I have sooo many row level triggers in my ASA(9.0.2)
Database and I have heard that row level triggers won't run
in ASE. Is this true? I am not familiar with ASE.
The problem is that we have an upcoming project that would
require us to migrate ASA structure to ASE. So, if i just
right-click then change to T-SQL my row level triggers and
apply it to ASE would this be effective?
And would it run as effectively as my triggers in ASA?
From: Chris Ceniza
Subject: ASA to ASE Issue
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Subject: Re: ASA to ASE Issue
From: David Fishburn <firstname.lastname@example.org>
Organization: iAnywhere Solutions
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Chris Ceniza wrote in news:email@example.com
CC> I have sooo many row level triggers in my ASA(9.0.2)
CC> Database and I have heard that row level triggers won't run
CC> in ASE. Is this true? I am not familiar with ASE.
Correct, ASE only has statement level triggers.
CC> The problem is that we have an upcoming project that would
CC> require us to migrate ASA structure to ASE. So, if i just
CC> right-click then change to T-SQL my row level triggers and
CC> apply it to ASE would this be effective?
CC> And would it run as effectively as my triggers in ASA?
You can do anything with statement level triggers that you can do with
row level triggers. You just write them with a different framework in
For example, an update statement changes 5 rows, fires 5 row level
triggers in ASA.
In ASE the trigger fires once, and you must loop through a local
temporary table and address each row.
You can experiment with Sybase Central and have it translate your row
level triggers to TSQL triggers (statement level) and test the results.
I think this might work for you.
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Subject: Re: ASA to ASE Issue
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Any particular reason for migrating to ASE?
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Subject: Re: ASA to ASE Issue
Organization: RisingRoad Professional Services
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Article PK: 17426
>Guys, I have a question "Why would you choose ASA over ASE?"...
First of all, ASA is now being marketed as an enterprise database
solution, as well as a solution for mid-level and embedded
applications. There is no school system on the *planet* whose
enterprise database requirements could not be handled by an ASA 9
database running on the appropriate equipment. Millions of rows,
thousands of busy users, hundreds of gigabytes, no problem. For some
benchmark and market share reports, see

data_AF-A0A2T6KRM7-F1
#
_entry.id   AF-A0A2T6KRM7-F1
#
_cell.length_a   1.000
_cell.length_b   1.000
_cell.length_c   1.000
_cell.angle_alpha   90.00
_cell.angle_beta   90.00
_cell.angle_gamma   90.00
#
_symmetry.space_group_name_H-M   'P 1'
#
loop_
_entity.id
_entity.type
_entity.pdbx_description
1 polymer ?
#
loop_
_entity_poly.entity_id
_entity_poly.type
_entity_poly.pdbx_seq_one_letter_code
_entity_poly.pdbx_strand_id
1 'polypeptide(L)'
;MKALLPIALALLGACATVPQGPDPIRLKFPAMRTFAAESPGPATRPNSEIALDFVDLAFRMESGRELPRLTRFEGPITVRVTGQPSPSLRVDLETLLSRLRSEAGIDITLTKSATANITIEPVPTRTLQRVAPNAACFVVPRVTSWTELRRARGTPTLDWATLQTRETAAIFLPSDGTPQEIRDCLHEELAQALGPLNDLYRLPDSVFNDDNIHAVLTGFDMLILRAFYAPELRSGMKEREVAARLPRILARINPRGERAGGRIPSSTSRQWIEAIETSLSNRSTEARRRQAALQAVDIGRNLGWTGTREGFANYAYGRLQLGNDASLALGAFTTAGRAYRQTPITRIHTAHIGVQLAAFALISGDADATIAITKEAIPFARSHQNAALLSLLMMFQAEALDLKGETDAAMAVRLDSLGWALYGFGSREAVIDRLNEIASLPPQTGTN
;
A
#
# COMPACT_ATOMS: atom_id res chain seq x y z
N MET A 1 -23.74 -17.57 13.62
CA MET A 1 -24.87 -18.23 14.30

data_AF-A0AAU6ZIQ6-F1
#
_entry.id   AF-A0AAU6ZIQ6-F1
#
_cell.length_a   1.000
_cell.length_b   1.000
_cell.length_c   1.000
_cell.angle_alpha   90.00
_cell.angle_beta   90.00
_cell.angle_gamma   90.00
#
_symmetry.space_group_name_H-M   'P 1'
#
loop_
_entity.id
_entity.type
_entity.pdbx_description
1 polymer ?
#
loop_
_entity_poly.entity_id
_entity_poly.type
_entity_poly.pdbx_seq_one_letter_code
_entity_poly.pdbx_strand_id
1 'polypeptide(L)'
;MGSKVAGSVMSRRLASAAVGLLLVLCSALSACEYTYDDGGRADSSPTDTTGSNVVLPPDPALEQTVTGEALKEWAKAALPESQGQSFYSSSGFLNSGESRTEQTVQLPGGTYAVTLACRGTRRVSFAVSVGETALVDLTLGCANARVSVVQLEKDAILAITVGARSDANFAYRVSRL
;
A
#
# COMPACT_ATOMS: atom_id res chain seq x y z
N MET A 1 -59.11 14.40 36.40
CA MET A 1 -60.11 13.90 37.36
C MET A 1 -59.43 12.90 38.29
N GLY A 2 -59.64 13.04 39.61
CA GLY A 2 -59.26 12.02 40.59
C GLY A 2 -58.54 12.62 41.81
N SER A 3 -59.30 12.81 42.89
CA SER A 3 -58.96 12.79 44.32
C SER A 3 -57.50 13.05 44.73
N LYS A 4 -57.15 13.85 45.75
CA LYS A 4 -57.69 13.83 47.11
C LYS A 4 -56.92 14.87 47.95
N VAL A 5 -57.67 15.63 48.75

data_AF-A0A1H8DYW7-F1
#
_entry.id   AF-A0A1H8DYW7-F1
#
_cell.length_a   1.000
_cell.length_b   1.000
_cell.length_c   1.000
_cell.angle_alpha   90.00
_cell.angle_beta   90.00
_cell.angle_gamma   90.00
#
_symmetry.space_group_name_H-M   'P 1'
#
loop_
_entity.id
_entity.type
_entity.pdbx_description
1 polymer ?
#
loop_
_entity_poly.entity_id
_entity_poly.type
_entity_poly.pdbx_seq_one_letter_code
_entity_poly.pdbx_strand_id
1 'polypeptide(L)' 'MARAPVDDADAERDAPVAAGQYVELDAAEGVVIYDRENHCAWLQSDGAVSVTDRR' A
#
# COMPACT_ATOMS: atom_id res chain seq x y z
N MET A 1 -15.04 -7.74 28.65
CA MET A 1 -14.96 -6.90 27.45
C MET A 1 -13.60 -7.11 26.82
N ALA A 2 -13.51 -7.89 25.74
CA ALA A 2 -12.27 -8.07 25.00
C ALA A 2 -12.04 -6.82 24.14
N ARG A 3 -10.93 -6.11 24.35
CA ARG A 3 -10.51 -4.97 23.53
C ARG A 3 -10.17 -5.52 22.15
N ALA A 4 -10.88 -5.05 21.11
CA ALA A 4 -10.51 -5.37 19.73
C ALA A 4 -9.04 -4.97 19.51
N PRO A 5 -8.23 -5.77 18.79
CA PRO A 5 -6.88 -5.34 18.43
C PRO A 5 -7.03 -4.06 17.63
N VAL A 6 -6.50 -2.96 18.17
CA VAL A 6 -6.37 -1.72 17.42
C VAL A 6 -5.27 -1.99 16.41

So why pick ASA over ASE? Let me count the reasons...
- ASA has a more powerful procedural SQL language. That means when
appropriate, it is possible to push complex logic down into the
database in an efficient manner: efficient for the developer to write,
efficient for the engine to execute. ASA has scheduled and triggered
events, row-level triggers, local blob variables, global temporary
tables, persistent local temporary tables, user-defined
connection-level variables, user-defined SQL functions... the list
goes on and on.
- ASA has a more powerful SELECT statement, including local views via
the WITH clause, the LIST aggregate function with ORDER BY, the
recursive union for hierarchical queries, modern OLAP query operators,
ORDER BY clauses on derived tables... this list goes on and on as
- ASA has tools that work: stored procedure and trigger debugger,
capturing of expensive queries, the index consultant, the graphical
plan display. Plus a low-impact remote performance monitoring and
diagnostic tracing tool coming in the next version.
- ASA has simpler administration. You won't get panic calls "The
transaction log is full!" Installation is easier, configuration is
easier, performance tuning is easier (and mostly unnecessary), backup
is easier, recovery is easier, migration from one platform to another
is easier (even to different-endian setups: install the software, copy
the database file, start the server).
- ASA has a lower price tag, not just for licencing but for all those
DBAs you do not need to hire. Everything comes "in the box"... no need
for third-party tool purchases, no need to buy another DBMS to do
OLAP, or another product to do replication.
- ASA has very bright future. The ASA engineers definitely "get it",
they understand what people need from a DBMS, what the default
settings and default behavior should be, why the ANSI standards are
important... they do things the way they should be done. ASA has
always had many important features before the other guy; examples
include declarative referential integrity, row-level locking,
scrollable cursors and the LEFT OUTER JOIN as an alternative to the
unpredictable *= operator.
Sign up for the Beta of the next version:
It will have hot failover, materialized views, snapshot isolation...
once again, the list goes on and on and on...
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